Bodge, bodge, Viet-bodge
*SWOON!* said the Facebook post headline. In the post was a link to a Craigslist ad for a 1965 Vespa VBB.
It was certainly a pretty bike, with lots of chrome and a nice green-and-white paint job, with a seat upholstered in matching colors. The seller marvels at how it runs without a battery, and offers to include a “helmut” (A free German? Really?).
Unfortunately, this scooter shows all the signs of being a Viet-bodge.
The post was from a scooter friend who’s new to riding and scooter ownership. Happily, she rides her modern Vespa regularly and often, and has joined a local scooter club.
And like many other new riders, she has become smitten with old-skool Vespas. It’s therefore not at all surprising this scooter would catch her eye.
Which is usually the point.
While they may appear outwardly pretty, such scooters are often Frankenbikes that have tacked-together frames full of Bondo and engines featuring such MacGyveresque solutions as beer-can head gaskets.
Keep in mind, Vietnamese are not generally wealthy. If something breaks, simply throwing it away and getting a new one is often not an option. One must make do. Get the cracked frame welded at the blacksmith shop, use an aluminum beer can if you can’t get a gasket (Hey, they’re easy to cut).
There is nothing inherently malicious in that. The malice comes when someone buys the bodged-up bike from a villager for a few dong and then pretties it up (the British expression “polishing a turd” certainly applies) to sell at a price well beyond its true worth.
How do you protect yourself? Learn as much as you can about vintage Vespas (or whatever other scooter you lust after). There are tons of books covering the history of Vespa scooters, and almost as many covering maintenance, repair and restoration (How to Restore and Maintain Your Vespa Motorscooter by Bob Darnell and Bob Goffin is a particularly good one).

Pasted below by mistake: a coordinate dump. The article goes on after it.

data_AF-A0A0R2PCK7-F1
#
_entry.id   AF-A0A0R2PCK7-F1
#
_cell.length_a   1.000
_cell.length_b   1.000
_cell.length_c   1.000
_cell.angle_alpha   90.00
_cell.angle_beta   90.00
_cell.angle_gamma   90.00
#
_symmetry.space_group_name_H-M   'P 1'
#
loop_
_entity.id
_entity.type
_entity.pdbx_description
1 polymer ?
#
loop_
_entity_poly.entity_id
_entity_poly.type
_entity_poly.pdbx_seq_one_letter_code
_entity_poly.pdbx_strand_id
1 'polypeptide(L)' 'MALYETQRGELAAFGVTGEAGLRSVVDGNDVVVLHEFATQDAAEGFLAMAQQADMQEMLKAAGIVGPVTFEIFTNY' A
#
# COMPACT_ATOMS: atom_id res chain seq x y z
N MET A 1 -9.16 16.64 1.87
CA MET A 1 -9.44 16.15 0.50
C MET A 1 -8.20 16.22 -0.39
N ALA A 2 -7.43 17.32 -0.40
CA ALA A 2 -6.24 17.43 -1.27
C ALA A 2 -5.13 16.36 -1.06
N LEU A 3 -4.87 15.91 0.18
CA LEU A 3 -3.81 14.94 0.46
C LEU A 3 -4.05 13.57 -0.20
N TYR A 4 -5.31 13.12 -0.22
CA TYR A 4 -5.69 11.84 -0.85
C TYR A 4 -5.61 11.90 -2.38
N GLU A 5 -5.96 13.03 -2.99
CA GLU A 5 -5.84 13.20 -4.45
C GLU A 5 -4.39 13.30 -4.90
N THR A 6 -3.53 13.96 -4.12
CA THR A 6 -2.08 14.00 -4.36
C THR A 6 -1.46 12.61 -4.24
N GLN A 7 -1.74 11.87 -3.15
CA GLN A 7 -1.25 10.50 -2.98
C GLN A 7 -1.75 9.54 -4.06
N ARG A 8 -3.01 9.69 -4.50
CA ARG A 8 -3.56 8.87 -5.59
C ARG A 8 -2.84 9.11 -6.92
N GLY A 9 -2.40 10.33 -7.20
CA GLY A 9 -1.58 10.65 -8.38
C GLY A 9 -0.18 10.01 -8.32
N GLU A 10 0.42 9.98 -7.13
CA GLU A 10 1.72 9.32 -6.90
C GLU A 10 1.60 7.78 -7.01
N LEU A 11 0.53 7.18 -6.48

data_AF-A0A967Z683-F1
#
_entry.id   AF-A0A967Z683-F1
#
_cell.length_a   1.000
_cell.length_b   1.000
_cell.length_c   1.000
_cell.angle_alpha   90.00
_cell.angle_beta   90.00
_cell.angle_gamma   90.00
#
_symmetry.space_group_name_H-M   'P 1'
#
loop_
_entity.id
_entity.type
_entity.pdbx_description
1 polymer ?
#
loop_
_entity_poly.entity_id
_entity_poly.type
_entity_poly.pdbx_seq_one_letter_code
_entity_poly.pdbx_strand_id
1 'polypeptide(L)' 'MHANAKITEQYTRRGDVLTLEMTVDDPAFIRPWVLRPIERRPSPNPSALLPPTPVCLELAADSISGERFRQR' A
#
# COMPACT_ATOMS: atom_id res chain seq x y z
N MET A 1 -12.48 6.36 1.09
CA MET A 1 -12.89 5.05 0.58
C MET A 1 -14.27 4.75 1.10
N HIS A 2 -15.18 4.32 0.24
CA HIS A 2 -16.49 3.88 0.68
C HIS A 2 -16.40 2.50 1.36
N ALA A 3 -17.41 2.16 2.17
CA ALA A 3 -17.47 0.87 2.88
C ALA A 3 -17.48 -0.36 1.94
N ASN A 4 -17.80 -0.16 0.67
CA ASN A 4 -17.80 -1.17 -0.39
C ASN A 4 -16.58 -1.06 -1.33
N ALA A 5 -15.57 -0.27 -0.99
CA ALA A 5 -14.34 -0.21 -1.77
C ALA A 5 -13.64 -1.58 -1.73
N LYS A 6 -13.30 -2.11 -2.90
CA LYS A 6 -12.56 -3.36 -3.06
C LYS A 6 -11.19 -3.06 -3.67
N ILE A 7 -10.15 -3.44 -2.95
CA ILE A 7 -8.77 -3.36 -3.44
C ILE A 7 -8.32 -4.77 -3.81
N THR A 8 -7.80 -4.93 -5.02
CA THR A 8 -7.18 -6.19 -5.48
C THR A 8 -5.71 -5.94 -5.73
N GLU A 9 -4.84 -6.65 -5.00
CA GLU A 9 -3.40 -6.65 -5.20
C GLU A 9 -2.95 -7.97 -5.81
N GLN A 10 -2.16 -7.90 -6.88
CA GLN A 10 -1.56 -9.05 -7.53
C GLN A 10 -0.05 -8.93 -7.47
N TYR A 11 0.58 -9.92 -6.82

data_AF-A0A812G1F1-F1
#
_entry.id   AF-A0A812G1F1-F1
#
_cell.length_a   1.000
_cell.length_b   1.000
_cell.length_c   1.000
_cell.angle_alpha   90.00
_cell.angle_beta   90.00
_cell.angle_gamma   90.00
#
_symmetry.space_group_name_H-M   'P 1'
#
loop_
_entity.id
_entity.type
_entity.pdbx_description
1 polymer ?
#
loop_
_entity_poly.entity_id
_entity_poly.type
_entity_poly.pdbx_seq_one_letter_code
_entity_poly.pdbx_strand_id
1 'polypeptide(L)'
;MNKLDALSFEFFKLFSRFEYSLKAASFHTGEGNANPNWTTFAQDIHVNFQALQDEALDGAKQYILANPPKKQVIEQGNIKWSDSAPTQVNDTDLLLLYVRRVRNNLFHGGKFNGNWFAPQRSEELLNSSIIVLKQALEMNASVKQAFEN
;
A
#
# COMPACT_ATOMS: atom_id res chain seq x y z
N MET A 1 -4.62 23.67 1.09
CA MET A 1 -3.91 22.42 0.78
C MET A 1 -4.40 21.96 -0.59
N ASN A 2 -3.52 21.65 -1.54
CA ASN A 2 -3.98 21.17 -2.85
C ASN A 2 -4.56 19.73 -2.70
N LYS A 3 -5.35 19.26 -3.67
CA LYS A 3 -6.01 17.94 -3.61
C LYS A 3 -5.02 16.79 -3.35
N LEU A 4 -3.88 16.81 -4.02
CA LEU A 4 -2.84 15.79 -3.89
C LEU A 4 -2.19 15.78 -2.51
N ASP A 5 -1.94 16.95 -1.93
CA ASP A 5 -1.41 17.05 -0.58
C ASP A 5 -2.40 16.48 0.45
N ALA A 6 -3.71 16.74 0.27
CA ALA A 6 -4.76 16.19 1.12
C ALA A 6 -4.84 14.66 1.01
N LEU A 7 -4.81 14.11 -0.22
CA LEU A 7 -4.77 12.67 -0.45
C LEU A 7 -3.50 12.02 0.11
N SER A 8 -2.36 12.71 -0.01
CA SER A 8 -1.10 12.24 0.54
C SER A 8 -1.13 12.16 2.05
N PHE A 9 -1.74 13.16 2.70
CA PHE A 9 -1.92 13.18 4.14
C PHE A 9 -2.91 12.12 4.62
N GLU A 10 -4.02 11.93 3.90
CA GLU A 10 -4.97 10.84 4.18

Otherwise, don’t buy something like this sight unseen, and enlist the aid of your knowledgeable scooter peeps when you shop. And as I always say, you can have a perfectly wonderful old-skool scooter experience with a late-model PX 150 or Stella, both of which have the added bonus of being made entirely of new parts, all of which are readily available.
Or you might think about one of these.
Scooterworks sells a fully-refurbished 1966 Vespa VBC, which features a brand-new LML 5-port 150cc engine, upgraded suspension and 10-inch wheels. And a WARRANTY. The work is done at Scooterworks’ facility in Chicago, and while you might need to arrange shipping, a dealer near you may have a few of these in stock. For some reason, there’s no link on their Web site, so you’ll need to call Scooterworks at +1 888.968.3772 for more info.
Just don’t buy a Viet-Bodge. Please.